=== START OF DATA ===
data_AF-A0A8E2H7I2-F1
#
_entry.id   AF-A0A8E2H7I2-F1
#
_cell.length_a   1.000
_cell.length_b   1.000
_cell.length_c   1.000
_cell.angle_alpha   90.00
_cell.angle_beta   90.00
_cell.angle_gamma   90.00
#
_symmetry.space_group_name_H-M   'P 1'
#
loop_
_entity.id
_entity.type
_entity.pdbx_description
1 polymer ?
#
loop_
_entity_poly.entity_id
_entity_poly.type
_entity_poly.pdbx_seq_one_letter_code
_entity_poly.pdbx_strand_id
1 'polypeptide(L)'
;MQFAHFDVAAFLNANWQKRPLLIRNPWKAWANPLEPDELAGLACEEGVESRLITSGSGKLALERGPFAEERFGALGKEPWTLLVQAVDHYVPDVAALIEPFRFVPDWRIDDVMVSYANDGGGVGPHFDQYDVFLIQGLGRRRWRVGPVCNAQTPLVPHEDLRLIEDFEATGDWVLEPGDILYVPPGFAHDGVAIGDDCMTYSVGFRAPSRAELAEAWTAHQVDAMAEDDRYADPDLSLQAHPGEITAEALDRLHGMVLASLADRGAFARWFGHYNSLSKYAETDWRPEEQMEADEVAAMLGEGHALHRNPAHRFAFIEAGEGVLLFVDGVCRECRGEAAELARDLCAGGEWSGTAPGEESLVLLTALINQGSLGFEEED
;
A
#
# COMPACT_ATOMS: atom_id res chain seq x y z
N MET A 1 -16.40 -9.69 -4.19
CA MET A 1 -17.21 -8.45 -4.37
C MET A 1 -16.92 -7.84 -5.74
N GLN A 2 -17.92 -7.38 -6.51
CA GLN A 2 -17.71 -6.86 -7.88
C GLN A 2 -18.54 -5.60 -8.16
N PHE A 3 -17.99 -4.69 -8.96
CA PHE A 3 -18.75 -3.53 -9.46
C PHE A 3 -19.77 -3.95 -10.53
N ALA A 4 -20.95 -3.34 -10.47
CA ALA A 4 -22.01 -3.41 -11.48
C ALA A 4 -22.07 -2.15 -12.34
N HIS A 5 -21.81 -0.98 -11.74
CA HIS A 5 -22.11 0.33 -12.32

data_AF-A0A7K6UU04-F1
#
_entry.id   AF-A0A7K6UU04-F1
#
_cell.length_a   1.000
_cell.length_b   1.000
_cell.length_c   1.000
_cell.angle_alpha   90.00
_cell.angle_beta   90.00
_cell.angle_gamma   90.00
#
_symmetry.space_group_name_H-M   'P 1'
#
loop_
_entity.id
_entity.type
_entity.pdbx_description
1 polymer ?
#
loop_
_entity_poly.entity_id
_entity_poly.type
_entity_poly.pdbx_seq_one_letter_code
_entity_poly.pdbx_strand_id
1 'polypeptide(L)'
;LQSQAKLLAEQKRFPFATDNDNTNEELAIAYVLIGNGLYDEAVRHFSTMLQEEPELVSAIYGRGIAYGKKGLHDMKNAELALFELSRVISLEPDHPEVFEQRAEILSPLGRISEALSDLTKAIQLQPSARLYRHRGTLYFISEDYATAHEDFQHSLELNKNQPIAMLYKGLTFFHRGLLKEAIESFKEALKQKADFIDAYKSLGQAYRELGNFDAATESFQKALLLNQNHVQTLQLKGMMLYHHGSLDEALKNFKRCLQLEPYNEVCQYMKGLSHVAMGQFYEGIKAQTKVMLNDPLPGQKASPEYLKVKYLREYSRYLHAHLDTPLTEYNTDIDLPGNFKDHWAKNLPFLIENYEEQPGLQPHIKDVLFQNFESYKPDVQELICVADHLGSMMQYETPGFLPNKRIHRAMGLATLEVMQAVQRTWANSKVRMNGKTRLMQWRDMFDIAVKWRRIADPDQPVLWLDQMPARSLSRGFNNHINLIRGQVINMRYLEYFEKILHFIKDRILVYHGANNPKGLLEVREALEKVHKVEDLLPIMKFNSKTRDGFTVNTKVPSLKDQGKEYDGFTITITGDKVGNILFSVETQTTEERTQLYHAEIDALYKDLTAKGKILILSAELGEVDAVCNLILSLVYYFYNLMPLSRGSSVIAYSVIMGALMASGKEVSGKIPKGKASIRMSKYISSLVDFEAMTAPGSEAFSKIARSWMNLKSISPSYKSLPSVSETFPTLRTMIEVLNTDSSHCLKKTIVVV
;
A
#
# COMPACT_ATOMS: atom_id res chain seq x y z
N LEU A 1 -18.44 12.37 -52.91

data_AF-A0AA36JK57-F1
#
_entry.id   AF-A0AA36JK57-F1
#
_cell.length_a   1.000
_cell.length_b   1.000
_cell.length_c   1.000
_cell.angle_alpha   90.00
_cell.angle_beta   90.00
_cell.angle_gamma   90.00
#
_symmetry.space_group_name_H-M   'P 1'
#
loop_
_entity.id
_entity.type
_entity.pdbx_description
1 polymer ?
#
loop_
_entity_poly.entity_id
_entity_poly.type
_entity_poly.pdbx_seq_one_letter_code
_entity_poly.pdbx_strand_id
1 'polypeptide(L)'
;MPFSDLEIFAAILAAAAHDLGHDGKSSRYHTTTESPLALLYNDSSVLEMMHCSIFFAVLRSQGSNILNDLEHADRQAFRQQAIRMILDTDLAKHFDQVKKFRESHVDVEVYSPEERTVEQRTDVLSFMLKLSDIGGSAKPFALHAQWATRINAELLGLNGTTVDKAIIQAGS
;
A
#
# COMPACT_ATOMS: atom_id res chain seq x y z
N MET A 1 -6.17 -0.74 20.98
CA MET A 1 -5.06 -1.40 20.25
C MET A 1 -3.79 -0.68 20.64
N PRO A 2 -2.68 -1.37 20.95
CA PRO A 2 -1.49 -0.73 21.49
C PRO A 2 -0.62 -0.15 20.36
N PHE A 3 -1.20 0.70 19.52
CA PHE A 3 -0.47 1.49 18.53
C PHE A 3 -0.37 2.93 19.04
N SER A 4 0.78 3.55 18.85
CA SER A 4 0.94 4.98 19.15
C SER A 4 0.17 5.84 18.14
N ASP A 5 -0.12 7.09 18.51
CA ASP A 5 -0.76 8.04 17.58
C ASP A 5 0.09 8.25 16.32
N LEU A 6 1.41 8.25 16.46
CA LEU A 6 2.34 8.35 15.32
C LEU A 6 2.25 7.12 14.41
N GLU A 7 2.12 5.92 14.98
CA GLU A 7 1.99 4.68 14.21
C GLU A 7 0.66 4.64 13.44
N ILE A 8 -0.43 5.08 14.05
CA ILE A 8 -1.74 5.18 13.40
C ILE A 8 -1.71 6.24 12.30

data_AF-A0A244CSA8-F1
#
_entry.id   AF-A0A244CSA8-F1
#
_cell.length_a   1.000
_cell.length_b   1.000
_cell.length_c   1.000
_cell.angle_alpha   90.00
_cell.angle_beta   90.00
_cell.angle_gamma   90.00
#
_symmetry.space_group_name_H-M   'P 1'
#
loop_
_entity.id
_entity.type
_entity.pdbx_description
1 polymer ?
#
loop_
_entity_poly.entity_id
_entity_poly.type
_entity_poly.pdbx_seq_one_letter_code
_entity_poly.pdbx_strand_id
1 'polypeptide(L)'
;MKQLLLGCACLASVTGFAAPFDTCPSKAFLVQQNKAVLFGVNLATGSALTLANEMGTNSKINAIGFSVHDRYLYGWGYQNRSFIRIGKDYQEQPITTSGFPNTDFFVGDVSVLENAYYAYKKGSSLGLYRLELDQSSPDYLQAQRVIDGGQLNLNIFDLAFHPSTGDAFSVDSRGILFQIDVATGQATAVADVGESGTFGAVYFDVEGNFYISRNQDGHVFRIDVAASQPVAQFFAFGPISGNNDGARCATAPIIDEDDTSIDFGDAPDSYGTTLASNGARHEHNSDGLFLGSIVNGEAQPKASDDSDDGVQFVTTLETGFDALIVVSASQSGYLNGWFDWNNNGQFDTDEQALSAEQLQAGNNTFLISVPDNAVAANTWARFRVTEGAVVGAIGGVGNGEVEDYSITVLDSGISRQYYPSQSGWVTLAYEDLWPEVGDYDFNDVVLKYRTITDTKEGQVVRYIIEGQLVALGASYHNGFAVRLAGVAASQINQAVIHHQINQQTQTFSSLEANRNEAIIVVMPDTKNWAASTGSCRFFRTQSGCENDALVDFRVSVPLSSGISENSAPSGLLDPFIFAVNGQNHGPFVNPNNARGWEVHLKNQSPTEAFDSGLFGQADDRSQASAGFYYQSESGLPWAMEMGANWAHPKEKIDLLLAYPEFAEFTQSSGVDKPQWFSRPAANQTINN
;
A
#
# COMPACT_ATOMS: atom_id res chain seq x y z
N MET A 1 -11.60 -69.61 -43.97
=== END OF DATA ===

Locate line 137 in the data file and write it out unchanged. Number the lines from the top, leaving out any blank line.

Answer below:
_cell.angle_alpha   90.00